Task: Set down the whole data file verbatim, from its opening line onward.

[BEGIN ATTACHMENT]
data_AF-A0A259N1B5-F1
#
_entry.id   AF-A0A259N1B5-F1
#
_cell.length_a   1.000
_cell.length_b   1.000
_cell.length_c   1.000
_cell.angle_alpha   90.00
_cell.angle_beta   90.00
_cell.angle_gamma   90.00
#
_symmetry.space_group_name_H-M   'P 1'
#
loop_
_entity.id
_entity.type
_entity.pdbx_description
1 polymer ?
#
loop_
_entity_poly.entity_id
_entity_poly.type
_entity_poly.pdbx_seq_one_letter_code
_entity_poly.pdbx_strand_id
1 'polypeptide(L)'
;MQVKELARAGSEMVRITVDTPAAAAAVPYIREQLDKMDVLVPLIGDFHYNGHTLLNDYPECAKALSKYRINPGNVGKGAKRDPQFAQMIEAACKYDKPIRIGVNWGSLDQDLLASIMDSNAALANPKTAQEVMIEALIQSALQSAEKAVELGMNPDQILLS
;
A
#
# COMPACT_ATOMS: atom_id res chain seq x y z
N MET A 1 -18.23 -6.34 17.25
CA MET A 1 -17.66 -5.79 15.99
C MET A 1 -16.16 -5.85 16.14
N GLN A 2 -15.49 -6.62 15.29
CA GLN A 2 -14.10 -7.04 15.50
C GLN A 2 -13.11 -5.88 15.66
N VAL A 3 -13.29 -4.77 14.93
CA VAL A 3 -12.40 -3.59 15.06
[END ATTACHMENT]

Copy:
data_AF-A0A259N1B5-F1
#
_entry.id   AF-A0A259N1B5-F1
#
_cell.length_a   1.000
_cell.length_b   1.000
_cell.length_c   1.000
_cell.angle_alpha   90.00
_cell.angle_beta   90.00
_cell.angle_gamma   90.00
#
_symmetry.space_group_name_H-M   'P 1'
#
loop_
_entity.id
_entity.type
_entity.pdbx_description
1 polymer ?
#
loop_
_entity_poly.entity_id
_entity_poly.type
_entity_poly.pdbx_seq_one_letter_code
_entity_poly.pdbx_strand_id
1 'polypeptide(L)'
;MQVKELARAGSEMVRITVDTPAAAAAVPYIREQLDKMDVLVPLIGDFHYNGHTLLNDYPECAKALSKYRINPGNVGKGAKRDPQFAQMIEAACKYDKPIRIGVNWGSLDQDLLASIMDSNAALANPKTAQEVMIEALIQSALQSAEKAVELGMNPDQILLS
;
A
#
# COMPACT_ATOMS: atom_id res chain seq x y z
N MET A 1 -18.23 -6.34 17.25
CA MET A 1 -17.66 -5.79 15.99
C MET A 1 -16.16 -5.85 16.14
N GLN A 2 -15.49 -6.62 15.29
CA GLN A 2 -14.10 -7.04 15.50
C GLN A 2 -13.11 -5.88 15.66
N VAL A 3 -13.29 -4.77 14.93
CA VAL A 3 -12.40 -3.59 15.06